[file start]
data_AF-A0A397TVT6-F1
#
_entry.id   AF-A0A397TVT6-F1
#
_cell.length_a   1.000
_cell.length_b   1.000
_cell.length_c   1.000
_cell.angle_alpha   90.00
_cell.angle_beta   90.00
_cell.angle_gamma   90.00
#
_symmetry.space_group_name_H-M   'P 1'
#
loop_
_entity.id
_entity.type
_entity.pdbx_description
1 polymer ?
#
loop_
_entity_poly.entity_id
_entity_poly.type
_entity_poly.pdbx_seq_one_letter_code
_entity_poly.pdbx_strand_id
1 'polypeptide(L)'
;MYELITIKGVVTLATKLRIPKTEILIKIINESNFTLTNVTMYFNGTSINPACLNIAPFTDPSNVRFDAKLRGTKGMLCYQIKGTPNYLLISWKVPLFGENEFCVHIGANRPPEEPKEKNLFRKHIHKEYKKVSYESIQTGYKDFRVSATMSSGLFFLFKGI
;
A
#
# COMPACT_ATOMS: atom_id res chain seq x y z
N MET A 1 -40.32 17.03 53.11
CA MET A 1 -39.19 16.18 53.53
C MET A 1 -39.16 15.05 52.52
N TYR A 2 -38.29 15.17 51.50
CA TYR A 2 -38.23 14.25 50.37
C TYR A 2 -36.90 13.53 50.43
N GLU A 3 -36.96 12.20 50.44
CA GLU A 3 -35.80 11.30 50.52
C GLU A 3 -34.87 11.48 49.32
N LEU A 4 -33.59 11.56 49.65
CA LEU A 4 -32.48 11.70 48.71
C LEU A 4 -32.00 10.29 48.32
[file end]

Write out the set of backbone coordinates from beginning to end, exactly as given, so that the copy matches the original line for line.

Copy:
data_AF-A0A397TVT6-F1
#
_entry.id   AF-A0A397TVT6-F1
#
_cell.length_a   1.000
_cell.length_b   1.000
_cell.length_c   1.000
_cell.angle_alpha   90.00
_cell.angle_beta   90.00
_cell.angle_gamma   90.00
#
_symmetry.space_group_name_H-M   'P 1'
#
loop_
_entity.id
_entity.type
_entity.pdbx_description
1 polymer ?
#
loop_
_entity_poly.entity_id
_entity_poly.type
_entity_poly.pdbx_seq_one_letter_code
_entity_poly.pdbx_strand_id
1 'polypeptide(L)'
;MYELITIKGVVTLATKLRIPKTEILIKIINESNFTLTNVTMYFNGTSINPACLNIAPFTDPSNVRFDAKLRGTKGMLCYQIKGTPNYLLISWKVPLFGENEFCVHIGANRPPEEPKEKNLFRKHIHKEYKKVSYESIQTGYKDFRVSATMSSGLFFLFKGI
;
A
#
# COMPACT_ATOMS: atom_id res chain seq x y z
N MET A 1 -40.32 17.03 53.11
CA MET A 1 -39.19 16.18 53.53
C MET A 1 -39.16 15.05 52.52
N TYR A 2 -38.29 15.17 51.50
CA TYR A 2 -38.23 14.25 50.37
C TYR A 2 -36.90 13.53 50.43
N GLU A 3 -36.96 12.20 50.44
CA GLU A 3 -35.80 11.30 50.52
C GLU A 3 -34.87 11.48 49.32
N LEU A 4 -33.59 11.56 49.65
CA LEU A 4 -32.48 11.70 48.71
C LEU A 4 -32.00 10.29 48.32